Burned to a Crisp

Then he sent to him another captain of fifty with his fifty men.

And he answered and said to him: “Man of God, thus has the king said, ‘Come down quickly!’ ”

So Elijah answered and said to them, “If I am a man of God, let fire come down from heaven and consume you and your fifty men.” And the fire of God came down from heaven and consumed him and his fifty.

Again, he sent a third captain of fifty with his fifty men. And the third captain of fifty went up, and came and fell on his knees before Elijah, and pleaded with him, and said to him: “Man of God, please let my life and the life of these fifty servants of yours be precious in your sight. Look, fire has come down from heaven and burned up the first two captains of fifties with their fifties. But let my life now be precious in your sight.”

And the angel of the LORD said to Elijah, “Go down with him; do not be afraid of him.” So he arose and went down with him to the king. Then he said to him, “Thus says the LORD: ‘Because you have sent messengers to inquire of Baal-Zebub, the god of Ekron, is it because there is no God in Israel to inquire of His word? Therefore you shall not come down from the bed to which you have gone up, but you shall surely die.’ ” (2 Kings 1:11-16)

Bad things happen to those who oppose God and don’t ask for mercy. Ahab, the king of Israel in Samaria had died and his son, Ahaziah had become king in his place. His mother, Jezebel, was still alive. Ahaziah fell through a lattice and seriously injured himself. Instead of seeking God’s help, he sent messengers to consult a false god. Elijah intercepted the messengers and told them that Ahaziah would die from his injuries.

Unlike his father Ahab, who repented at the prophet’s words, Ahaziah sent soldiers to arrest Elijah. The first group died when Elijah called fire down on them. Ahaziah sent a second contingent to get Elijah, and the same thing happened to them. And so Ahaziah sends a third group. The leader of the third group begged for mercy, and Elijah granted it. Elijah went with them and when he faced Ahaziah, he simply reiterated what he had told the king’s messengers: you’re going to die. So Ahaziah died and his brother Joram took the throne in his place. Unlike his father Ahab, Ahaziah did not repent or humble himself before God. He remained defiant and suffered accordingly.

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Jezebel is Dog Food

Ahab said to Elijah, “Have you found me, O my enemy?” He answered, “I have found you. Because you have sold yourself to do what is evil in the sight of the LORD, I will bring disaster on you; I will consume you, and will cut off from Ahab every male, bond or free, in Israel; and I will make your house like the house of Jeroboam son of Nebat, and like the house of Baasha son of Ahijah, because you have provoked me to anger and have caused Israel to sin. Also concerning Jezebel the LORD said, ‘The dogs shall eat Jezebel within the bounds of Jezreel.’ Anyone belonging to Ahab who dies in the city the dogs shall eat; and anyone of his who dies in the open country the birds of the air shall eat.”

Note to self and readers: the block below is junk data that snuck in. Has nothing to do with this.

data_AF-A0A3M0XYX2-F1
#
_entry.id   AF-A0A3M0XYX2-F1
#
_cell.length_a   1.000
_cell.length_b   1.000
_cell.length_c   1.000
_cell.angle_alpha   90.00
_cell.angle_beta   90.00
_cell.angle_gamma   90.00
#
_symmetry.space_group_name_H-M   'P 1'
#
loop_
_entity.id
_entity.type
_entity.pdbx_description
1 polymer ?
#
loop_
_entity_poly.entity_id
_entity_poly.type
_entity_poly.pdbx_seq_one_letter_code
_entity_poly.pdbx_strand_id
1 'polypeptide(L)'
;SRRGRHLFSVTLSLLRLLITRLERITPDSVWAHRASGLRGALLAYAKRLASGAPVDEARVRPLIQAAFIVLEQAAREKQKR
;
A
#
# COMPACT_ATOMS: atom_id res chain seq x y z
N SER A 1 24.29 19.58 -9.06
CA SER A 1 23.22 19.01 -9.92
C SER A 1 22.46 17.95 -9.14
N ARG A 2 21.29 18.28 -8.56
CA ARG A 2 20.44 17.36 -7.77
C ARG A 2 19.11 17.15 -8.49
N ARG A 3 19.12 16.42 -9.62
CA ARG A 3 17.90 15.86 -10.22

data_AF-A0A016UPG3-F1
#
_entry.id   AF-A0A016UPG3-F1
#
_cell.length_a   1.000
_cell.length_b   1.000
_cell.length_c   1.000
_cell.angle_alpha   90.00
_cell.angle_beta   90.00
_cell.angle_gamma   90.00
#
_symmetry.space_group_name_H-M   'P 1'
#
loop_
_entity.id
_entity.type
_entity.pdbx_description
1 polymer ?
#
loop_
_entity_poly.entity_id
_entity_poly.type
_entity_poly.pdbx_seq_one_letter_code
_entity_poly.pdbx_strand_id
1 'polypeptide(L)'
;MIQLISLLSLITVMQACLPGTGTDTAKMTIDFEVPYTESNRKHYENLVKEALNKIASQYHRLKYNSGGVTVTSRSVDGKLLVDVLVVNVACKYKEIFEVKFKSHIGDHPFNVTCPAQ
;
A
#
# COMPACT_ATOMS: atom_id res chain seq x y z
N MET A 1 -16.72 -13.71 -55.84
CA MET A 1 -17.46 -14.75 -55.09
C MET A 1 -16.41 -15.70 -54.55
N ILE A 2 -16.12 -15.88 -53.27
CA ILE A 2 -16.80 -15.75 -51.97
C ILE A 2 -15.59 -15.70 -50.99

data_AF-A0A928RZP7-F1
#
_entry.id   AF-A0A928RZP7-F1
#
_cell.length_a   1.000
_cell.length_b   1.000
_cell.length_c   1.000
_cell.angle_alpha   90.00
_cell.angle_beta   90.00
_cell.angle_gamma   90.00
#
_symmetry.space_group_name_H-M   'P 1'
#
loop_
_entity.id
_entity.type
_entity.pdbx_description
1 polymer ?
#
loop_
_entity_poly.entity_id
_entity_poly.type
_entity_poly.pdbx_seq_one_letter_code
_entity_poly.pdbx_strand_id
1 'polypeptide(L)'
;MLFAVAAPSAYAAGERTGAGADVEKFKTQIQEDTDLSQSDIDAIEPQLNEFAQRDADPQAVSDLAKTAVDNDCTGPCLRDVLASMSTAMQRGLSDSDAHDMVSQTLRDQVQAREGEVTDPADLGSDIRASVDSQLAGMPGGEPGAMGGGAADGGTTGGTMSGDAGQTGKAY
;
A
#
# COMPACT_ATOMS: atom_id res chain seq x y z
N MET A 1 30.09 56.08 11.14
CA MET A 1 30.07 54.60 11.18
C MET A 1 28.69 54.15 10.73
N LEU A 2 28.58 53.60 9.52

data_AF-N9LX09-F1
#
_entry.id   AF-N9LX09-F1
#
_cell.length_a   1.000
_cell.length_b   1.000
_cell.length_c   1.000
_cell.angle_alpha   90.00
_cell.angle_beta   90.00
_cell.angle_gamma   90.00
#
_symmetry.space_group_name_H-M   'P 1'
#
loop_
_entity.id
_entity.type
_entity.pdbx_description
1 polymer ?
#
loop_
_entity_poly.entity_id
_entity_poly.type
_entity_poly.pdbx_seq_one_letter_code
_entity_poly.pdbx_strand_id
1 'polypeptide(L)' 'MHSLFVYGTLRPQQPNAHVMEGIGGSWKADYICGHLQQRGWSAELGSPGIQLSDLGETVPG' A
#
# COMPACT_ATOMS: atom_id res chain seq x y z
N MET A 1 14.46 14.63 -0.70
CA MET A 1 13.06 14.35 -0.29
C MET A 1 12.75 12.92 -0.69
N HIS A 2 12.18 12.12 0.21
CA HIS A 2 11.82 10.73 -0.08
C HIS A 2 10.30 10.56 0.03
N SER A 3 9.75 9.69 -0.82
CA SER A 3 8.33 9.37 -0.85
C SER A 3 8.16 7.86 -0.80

(Indeed, there was no one like Ahab, who sold himself to do what was evil in the sight of the LORD, urged on by his wife Jezebel. He acted most abominably in going after idols, as the Amorites had done, whom the LORD drove out before the Israelites.)

When Ahab heard those words, he tore his clothes and put sackcloth over his bare flesh; he fasted, lay in the sackcloth, and went about dejectedly. Then the word of the LORD came to Elijah the Tishbite: “Have you seen how Ahab has humbled himself before me? Because he has humbled himself before me, I will not bring the disaster in his days; but in his son’s days I will bring the disaster on his house.” (1 Kings 21:20-29)

Jezebel was the daughter of Ethbaal king of the Sidonians and the wife of Ahab. Together, they had led their people into worshipping other gods. Elijah the prophet had been their nemesis for a long time; there was no love lost between them. Elijah prophesied against him, predicting disaster for his family: like the previous two royal dynasties (those of Jeroboam and Baasha), his too would be cut off and replaced by some other family. Worse, his wife would not just die, but become food for dogs. For an Israelite, the most important thing was to have offspring and to have a proper burial. Ahab learned that he and his family would have neither.

His response to Elijah’s words was not to breathe out threats, or to arrest him, or to lock him away. Instead, he humbled himself: he took the prophet’s words seriously and reacted appropriately.

The consequence was that God showed him mercy. The punishment would still fall on his family, but it wouldn’t happen for as long as Ahab lived. Repentance is always possible, and in the face of repentance, God is quick to show mercy and grace.

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Hit Me!

About this time the LORD commanded a prophet to say to a friend, “Hit me!” But the friend refused, and the prophet told him, “You disobeyed the LORD, and as soon as you walk away, a lion will kill you.” The friend left, and suddenly a lion killed him.

The prophet found someone else and said, “Hit me!” So this man beat him up.

The prophet left and put a bandage over his face to disguise himself. Then he went and stood beside the road, waiting for Ahab to pass by.

When Ahab went by, the prophet shouted, “Your Majesty, right in the heat of battle, someone brought a prisoner to me and told me to guard him. He said if the prisoner got away, I would either be killed or forced to pay seventy-five pounds of silver. But I got busy doing other things, and the prisoner escaped.”

Ahab answered, “You will be punished just as you have said.”

The man quickly tore the bandage off his face, and Ahab saw that he was one of the prophets. The prophet said, “The LORD told you to kill Benhadad, but you let him go. Now you will die in his place, and your people will die in place of his people.”